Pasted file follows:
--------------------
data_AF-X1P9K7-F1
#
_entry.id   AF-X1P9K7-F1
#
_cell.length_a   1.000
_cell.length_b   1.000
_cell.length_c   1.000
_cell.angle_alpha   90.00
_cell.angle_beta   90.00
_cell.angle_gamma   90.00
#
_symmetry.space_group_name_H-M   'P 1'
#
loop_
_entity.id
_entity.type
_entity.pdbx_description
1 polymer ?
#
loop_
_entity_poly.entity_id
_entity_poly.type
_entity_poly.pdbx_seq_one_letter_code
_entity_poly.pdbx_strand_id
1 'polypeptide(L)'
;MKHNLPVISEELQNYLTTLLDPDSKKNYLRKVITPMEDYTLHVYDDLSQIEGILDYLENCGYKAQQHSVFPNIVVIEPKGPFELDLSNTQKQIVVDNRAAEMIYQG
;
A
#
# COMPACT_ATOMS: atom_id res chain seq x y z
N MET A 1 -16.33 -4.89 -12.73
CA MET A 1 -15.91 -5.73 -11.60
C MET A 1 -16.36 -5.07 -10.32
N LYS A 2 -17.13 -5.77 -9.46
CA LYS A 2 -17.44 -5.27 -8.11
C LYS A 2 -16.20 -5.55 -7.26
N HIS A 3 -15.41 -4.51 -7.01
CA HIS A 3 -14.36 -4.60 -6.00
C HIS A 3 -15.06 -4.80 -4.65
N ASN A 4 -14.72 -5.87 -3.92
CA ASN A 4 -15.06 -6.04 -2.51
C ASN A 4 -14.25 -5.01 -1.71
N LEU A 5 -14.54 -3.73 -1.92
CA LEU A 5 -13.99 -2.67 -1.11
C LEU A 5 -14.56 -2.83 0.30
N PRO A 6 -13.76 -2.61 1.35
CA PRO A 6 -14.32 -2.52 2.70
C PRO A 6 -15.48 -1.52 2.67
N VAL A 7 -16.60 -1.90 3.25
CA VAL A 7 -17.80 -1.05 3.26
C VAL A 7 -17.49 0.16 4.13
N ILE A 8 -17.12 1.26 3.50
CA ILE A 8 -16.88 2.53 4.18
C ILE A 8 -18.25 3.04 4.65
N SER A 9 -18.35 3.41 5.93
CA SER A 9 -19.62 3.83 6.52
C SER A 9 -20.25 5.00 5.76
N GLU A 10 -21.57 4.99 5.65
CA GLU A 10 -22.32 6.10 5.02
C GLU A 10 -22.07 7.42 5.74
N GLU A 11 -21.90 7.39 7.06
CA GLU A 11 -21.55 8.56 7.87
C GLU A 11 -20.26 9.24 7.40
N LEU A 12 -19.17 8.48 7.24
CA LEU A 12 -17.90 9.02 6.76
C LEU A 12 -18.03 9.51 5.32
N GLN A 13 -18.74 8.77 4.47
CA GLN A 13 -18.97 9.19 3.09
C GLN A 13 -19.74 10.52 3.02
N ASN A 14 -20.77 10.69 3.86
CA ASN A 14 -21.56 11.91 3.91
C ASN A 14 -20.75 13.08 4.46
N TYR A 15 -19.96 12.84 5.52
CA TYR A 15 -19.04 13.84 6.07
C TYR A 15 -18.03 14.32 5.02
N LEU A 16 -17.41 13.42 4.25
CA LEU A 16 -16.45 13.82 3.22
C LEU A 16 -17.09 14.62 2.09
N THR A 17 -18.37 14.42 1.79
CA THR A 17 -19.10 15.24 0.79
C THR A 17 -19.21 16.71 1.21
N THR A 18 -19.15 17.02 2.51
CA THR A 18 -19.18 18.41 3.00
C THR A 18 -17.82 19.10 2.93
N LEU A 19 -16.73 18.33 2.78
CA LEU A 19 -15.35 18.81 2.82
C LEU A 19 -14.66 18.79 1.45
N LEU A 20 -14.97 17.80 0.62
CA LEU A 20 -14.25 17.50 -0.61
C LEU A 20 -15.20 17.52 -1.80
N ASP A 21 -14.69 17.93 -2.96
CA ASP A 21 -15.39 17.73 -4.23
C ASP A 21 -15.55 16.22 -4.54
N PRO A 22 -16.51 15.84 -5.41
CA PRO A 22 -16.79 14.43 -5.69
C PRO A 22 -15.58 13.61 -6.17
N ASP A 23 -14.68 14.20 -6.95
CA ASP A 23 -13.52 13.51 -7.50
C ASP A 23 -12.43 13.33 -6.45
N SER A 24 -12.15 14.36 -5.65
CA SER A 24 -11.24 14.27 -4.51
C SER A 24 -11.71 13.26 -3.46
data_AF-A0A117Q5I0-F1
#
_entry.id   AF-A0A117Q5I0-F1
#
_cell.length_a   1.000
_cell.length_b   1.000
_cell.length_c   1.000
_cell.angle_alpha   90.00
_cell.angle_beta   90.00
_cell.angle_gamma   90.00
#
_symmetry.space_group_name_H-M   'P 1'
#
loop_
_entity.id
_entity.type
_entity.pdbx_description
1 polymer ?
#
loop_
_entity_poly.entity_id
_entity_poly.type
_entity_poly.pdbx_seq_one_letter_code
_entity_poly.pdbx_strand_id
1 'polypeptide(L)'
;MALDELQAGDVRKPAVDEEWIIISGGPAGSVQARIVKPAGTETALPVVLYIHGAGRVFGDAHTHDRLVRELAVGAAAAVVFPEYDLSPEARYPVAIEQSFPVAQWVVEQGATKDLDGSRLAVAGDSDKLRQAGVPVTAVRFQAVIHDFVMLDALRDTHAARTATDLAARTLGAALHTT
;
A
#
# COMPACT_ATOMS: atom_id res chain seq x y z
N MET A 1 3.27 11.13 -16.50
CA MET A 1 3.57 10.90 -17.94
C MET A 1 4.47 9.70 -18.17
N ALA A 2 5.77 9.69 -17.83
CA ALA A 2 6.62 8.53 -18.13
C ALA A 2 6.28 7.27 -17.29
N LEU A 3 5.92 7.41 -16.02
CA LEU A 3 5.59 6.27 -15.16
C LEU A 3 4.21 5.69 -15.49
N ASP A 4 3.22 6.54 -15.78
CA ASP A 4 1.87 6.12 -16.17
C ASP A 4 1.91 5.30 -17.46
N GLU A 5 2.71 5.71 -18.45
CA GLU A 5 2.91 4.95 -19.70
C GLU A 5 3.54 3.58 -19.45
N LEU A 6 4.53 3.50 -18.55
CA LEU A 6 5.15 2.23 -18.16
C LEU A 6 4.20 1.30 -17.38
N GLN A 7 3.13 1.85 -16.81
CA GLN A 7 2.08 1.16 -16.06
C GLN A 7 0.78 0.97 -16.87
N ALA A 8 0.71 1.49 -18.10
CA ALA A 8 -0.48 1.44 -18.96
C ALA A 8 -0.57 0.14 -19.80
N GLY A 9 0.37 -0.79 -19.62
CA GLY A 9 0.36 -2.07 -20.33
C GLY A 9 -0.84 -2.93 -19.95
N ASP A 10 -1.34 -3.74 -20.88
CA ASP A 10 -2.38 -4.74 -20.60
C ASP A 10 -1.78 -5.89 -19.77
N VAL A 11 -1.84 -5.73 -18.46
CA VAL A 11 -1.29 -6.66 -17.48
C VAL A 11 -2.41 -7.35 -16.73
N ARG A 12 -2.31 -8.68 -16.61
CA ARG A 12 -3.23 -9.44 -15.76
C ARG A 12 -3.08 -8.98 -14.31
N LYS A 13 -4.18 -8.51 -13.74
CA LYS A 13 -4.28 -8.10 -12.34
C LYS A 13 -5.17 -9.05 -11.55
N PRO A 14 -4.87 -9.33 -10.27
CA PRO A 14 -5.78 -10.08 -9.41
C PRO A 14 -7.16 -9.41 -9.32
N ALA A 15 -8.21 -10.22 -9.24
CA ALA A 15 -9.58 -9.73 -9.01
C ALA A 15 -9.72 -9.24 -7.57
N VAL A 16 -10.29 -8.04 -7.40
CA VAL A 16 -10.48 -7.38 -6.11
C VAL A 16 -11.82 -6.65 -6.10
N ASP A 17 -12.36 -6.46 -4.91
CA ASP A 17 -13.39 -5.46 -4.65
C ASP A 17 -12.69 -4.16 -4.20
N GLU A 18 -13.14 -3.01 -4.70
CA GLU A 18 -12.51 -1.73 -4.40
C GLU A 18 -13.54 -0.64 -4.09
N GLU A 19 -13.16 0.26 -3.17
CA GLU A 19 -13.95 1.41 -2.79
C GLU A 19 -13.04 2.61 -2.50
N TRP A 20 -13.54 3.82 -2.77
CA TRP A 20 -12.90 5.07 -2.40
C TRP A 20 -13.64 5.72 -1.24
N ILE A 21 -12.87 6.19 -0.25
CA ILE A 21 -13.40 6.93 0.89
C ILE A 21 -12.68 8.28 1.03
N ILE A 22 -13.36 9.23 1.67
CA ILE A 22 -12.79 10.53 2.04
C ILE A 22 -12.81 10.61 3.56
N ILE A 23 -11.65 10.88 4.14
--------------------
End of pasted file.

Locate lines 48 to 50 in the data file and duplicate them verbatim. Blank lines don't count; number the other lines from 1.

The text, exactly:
C PRO A 6 -15.48 -1.52 2.67
N VAL A 7 -16.60 -1.90 3.25
CA VAL A 7 -17.80 -1.05 3.26